The Colgate Scene
May 1999
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People on the go

Michael Neidig '99
A first Churchill
Senior Michael Neidig is the first Colgate student to be awarded the prestigious Churchill Foundation Scholarship for graduate study at Churchill College of Cambridge University.

Neidig, who grew up on a family farm in McAlisterville, PA, is a chemistry major at Colgate and plans to further his bioinorganic research during his year in England.

The Churchill Scholarship was first awarded in 1959 "to enable outstanding American students to do graduate work in engineering, mathematics and science." Applications from only the most highly selective U.S. colleges are considered and applicants must have at least a 3.7 grade point average. This year the foundation awarded but ten scholarships from more than 100 applications.

Neidig will enroll in the masters of philosophy program at Cambridge. He will conduct his research under professor Jeremy Sanders and will be required to write a formal thesis and defend it before a committee of scholars. Neidig plans to study metalloporphyrin. Porphyrins are a type of molecule with four nitrogen atoms that can be bonded with various metal atoms.

"It's very difficult chemistry, but very important chemistry to do," says Professor of Chemistry Peter Sheridan.

"Michael has a spectacular grasp of the material. He's an independent student who is thinking well ahead of the current problem. He's also very unassuming with a wonderful value system." Neidig, who has worked closely with his family since he was a young boy, still goes home when he can to help with the milking and other farm chores.

A member of Colgate's Wales Study Group as a sophomore, Neidig greatly enjoyed studying in Cardiff and developed an affection for the United Kingdom that played a key role in his pursuit of the Churchill.

"I love the UK. The people were friendly and outgoing. The chemistry was great, but the atmosphere was even better."

Neidig has plans to enter Stanford's Ph.D. program when he completes his year at Cambridge.

Michael Neidig takes open delight in his scholarship, but it hasn't affected his outlook.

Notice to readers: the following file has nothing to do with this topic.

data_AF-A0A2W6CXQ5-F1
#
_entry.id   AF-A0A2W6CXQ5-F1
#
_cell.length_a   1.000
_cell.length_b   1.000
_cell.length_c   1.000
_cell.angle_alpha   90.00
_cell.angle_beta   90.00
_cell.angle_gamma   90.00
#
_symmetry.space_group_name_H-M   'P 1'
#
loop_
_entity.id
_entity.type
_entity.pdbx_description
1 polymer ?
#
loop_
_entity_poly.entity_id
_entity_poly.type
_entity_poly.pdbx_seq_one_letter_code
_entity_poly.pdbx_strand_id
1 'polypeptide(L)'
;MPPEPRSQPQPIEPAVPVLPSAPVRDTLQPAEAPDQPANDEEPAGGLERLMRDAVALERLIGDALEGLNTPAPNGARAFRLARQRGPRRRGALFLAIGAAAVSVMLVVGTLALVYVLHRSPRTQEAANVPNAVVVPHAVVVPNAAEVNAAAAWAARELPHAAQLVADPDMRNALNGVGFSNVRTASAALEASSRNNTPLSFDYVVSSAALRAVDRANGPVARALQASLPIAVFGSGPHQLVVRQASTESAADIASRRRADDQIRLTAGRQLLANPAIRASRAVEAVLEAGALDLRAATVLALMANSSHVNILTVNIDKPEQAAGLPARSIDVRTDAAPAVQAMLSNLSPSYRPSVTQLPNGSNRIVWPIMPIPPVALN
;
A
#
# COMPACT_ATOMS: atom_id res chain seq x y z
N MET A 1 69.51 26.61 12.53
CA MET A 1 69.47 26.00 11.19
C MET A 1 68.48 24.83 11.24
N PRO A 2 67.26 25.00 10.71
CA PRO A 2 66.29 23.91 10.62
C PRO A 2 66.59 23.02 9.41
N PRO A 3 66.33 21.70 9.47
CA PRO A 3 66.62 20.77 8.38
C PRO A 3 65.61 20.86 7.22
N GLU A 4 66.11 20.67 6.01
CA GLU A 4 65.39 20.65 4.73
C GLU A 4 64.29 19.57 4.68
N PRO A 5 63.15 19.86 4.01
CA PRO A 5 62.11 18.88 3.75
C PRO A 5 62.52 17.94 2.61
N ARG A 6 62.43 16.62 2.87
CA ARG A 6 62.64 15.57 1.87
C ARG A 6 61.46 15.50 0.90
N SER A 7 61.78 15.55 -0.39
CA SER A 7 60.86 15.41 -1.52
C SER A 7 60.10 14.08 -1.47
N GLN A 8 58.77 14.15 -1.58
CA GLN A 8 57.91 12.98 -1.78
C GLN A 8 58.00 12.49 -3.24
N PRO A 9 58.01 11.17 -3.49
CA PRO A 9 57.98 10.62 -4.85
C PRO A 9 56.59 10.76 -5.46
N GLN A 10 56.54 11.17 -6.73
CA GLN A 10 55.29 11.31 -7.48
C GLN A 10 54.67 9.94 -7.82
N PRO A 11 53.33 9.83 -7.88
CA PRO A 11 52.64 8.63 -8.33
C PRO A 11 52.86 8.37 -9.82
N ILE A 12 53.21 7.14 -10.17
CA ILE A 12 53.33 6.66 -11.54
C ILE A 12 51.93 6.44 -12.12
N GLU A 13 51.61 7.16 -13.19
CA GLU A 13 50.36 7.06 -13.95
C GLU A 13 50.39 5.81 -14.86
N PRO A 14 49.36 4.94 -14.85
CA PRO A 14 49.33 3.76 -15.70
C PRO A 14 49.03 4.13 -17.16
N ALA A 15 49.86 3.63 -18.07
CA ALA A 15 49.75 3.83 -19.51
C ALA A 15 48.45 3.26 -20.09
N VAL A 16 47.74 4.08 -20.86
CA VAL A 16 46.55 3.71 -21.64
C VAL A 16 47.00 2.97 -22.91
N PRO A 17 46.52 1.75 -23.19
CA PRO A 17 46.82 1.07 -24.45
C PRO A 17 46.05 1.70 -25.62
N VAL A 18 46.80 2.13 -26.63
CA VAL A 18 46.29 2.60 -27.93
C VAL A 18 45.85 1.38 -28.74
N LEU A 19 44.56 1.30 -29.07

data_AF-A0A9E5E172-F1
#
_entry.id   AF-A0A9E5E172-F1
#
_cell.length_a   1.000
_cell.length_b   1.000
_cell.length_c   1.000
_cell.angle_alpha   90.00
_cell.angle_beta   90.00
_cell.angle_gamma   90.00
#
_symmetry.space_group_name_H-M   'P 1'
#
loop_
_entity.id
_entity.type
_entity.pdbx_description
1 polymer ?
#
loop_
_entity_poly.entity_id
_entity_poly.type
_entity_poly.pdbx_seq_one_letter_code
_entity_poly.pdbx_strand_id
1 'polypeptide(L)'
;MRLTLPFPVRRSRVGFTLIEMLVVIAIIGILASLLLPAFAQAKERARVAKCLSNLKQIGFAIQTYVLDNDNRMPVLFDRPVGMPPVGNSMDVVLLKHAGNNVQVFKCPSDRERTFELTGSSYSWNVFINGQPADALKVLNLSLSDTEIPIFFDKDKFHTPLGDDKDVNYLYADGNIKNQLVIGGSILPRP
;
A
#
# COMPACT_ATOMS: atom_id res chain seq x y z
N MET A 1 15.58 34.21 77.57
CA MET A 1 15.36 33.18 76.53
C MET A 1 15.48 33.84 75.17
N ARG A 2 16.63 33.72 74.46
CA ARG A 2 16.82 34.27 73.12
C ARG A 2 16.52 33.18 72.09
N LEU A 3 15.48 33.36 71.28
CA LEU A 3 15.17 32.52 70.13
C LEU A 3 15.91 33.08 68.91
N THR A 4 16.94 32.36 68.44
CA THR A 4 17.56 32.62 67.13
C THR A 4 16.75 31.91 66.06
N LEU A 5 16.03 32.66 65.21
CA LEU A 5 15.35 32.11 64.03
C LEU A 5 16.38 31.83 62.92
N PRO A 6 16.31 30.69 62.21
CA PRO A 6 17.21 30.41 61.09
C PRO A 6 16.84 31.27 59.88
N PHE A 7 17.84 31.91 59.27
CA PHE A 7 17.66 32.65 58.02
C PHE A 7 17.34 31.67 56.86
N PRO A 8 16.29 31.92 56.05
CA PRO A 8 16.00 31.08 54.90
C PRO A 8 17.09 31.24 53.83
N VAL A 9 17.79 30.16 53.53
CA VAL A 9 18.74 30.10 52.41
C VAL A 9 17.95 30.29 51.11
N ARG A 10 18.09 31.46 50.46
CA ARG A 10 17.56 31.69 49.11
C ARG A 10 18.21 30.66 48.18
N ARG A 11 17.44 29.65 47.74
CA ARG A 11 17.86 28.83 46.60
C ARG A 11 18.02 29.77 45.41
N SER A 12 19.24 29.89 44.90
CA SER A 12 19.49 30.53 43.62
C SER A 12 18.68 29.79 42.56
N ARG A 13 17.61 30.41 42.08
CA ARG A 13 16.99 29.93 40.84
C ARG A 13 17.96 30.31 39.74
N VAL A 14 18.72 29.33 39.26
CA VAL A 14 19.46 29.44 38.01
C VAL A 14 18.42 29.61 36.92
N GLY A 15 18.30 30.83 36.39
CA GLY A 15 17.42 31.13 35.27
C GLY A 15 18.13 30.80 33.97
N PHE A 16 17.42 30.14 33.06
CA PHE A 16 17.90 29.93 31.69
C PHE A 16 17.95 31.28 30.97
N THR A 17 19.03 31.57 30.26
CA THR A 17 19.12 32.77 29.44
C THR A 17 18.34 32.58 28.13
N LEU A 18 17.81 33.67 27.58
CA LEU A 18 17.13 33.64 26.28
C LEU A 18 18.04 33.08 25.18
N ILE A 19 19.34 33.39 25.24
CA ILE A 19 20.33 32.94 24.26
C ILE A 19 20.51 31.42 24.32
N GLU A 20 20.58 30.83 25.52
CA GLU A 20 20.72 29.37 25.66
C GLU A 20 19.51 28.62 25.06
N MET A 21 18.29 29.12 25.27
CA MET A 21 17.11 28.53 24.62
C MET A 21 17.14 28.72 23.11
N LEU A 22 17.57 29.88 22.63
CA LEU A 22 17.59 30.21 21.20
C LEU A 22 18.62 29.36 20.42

"I've lived my entire life on the same farm. Doing chores, field work and developing a close relationship with my parents really shaped who I am. Working on the farm has made me appreciate the opportunities school offers.

"The best decision I ever made in my life was coming to Colgate. It feels like home in more ways than one."

Michael A. Hiltzik '73
Hiltzik wins Pulitzer
Michael A. Hiltzik '73 won the Pulitzer Prize for beat reporting along with fellow Los Angeles Times reporter Chuck Philips. The pair's coverage of corruption in the entertainment industry was recognized by the Pulitzer Prize Board, which announced its winners in April.

LA Times entertainment editor Mark Saylor said the Pulitzer was especially meaningful because it rewarded "aggressive reporting on the hometown industry."

Hiltzik and Philips reported on "a charity sham sponsored by the National Academy of Recording Arts and Sciences, illegal detoxification programs for wealthy celebrities and a resurgence of radio payola."

With the Times since 1981, Hiltzik has a masters from the Columbia Graduate School of Journalism. In his 18 years with the Times, Hiltzik has worked as a financial and political writer, a foreign correspondent serving in Africa and Russia and as a technology writer and editor. He is the author of two books including Dealers of Lightning: Xerox PARC and the Dawn of the Computer Age, published to widespread critical acclaim this year by HarperCollins.

In the words of publisher Michael Parks, the Pulitzer was "a celebration of hard-nosed reporting."

According to, one set of Hiltzik's and Philips' stories "showed that widely trumpeted charities sponsored by the Grammys and controlled by chief executive C. Michael Greene actually spent only pennies of each dollar on their stated goal of helping infirm, disabled and unemployed musicians.

"Their `Sunday Report' on hotel detoxes -- Westside luxury hotels used for drug `treatment' -- disclosed that one reason powerful figures in the entertainment industry are unable to kick the drug habit is that they rely on untested therapies designed more to gratify their expensive tastes and desire for comfort than to subject them to the grueling regimen of legitimate treatment.

"The reporters' third project in their prize-winning entry exposed the reemergence of payola, illicit payments for radio airplay of new recordings. Payola was outlawed after a series of scandals in the 1960s, but Hiltzik and Philips showed that it had returned under a new guise -- radio conglomerates forcing performers to appear for free at promotional concerts in return for airplay."

Hiltzik had praise for his editor, who "encouraged us to go full-bore every step of the way, delving into organizations that have a lot of influence." JH

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